A last-minute breath of fresh air breezed through California’s state parks today as Governor Jerry Brown signed a bill that will keep 65 of the 70 parks scheduled to close this Sunday open for the time being.
The state had threatened to close nearly a quarter of its parks in an effort to shred $22 million from the system’s budget. The bill and several agreements expected to follow will keep the parks open while transferring operating costs to private and public partners.
The bill will allocate new funds for the troubled parks system, which will be aided by deals with nonprofits, local governments and others regarding 40 of the parks. But the bill’s money will also buy time to keep 25 other state parks open while other agreements aimed at keeping them open are finalized, the California Department of Parks and Recreation announced.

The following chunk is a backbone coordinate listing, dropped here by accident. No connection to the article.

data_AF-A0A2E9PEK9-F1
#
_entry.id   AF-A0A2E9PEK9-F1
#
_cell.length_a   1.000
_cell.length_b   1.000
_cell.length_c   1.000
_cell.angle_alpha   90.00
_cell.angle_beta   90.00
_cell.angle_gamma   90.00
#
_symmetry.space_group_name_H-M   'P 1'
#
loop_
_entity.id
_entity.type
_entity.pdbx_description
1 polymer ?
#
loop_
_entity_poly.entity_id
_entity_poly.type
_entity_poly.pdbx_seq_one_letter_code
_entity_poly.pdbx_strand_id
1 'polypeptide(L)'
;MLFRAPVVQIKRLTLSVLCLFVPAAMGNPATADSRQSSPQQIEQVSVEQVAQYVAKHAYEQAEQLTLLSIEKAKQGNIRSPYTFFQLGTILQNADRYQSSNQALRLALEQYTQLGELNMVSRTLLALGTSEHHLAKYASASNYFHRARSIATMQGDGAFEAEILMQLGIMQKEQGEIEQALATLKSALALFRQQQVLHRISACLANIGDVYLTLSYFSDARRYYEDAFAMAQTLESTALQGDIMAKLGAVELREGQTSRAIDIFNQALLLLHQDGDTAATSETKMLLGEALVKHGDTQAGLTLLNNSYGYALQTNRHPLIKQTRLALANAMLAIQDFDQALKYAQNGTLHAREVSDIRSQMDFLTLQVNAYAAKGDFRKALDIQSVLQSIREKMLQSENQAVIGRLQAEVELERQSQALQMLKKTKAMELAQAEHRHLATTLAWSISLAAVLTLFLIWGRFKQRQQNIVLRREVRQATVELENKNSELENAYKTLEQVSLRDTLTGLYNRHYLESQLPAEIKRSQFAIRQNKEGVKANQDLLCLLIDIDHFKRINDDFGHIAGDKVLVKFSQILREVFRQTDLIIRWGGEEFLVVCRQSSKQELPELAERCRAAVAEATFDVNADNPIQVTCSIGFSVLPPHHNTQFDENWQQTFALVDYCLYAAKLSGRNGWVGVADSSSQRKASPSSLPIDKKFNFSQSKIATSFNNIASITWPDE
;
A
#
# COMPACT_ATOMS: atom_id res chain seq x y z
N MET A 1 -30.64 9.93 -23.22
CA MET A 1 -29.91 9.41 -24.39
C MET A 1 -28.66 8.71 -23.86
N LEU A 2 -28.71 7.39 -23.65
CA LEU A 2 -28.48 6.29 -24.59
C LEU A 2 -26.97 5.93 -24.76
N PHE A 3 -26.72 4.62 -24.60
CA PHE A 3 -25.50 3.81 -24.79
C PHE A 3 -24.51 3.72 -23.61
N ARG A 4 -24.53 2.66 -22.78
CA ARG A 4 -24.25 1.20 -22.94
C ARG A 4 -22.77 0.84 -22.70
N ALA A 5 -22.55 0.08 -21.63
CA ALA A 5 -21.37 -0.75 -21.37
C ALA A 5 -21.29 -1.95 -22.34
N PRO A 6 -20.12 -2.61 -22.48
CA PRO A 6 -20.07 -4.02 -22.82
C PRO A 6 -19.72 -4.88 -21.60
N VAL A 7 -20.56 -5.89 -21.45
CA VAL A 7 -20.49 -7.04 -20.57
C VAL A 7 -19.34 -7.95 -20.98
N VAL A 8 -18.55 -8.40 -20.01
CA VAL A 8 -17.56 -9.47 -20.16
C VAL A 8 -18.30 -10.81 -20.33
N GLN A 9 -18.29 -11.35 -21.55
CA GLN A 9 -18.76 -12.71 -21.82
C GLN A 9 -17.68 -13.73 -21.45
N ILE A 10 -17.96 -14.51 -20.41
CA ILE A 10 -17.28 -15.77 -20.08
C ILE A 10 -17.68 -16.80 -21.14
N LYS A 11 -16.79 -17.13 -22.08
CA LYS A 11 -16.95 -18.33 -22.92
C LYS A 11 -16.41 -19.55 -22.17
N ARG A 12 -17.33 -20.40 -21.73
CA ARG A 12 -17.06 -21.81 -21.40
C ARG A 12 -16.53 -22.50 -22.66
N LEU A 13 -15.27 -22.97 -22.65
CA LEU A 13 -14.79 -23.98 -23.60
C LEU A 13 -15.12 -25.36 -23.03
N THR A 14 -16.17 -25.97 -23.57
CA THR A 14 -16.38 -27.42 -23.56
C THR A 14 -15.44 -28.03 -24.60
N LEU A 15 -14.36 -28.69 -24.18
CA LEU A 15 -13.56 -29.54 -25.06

Five state parks are still slated to close this Sunday, as planned: Benicia State Recreation Area, the California Mining and Mineral Museum, Gray Whale Cove State Beach, Providence Mountains State Recreation Area and Zmudowski State Beach.
Some of these sites, like Gray Whale Cove in San Mateo County, will remain accessible even though they’re officially closed. Services such as trash collection will stop next week.
Ruth Coleman, director of the state parks system, said the financial crisis has hit parks particularly hard, but she’s impressed with the passionate people and organizations who have come forward to support the parks:
“We have re-energized the people who love parks, and they are stepping up and contributing to parks in all sorts of ways.”
The new budget also gives the parks department $13 million in bond funds to be used for things like fee machines that take credit and debit cards, and other initiatives aimed at increasing revenue.
John Laird, California’s secretary for natural resources, said he’s grateful for the Legislature’s help:
“It will give us a path to keep most, if not all, of the parks open.”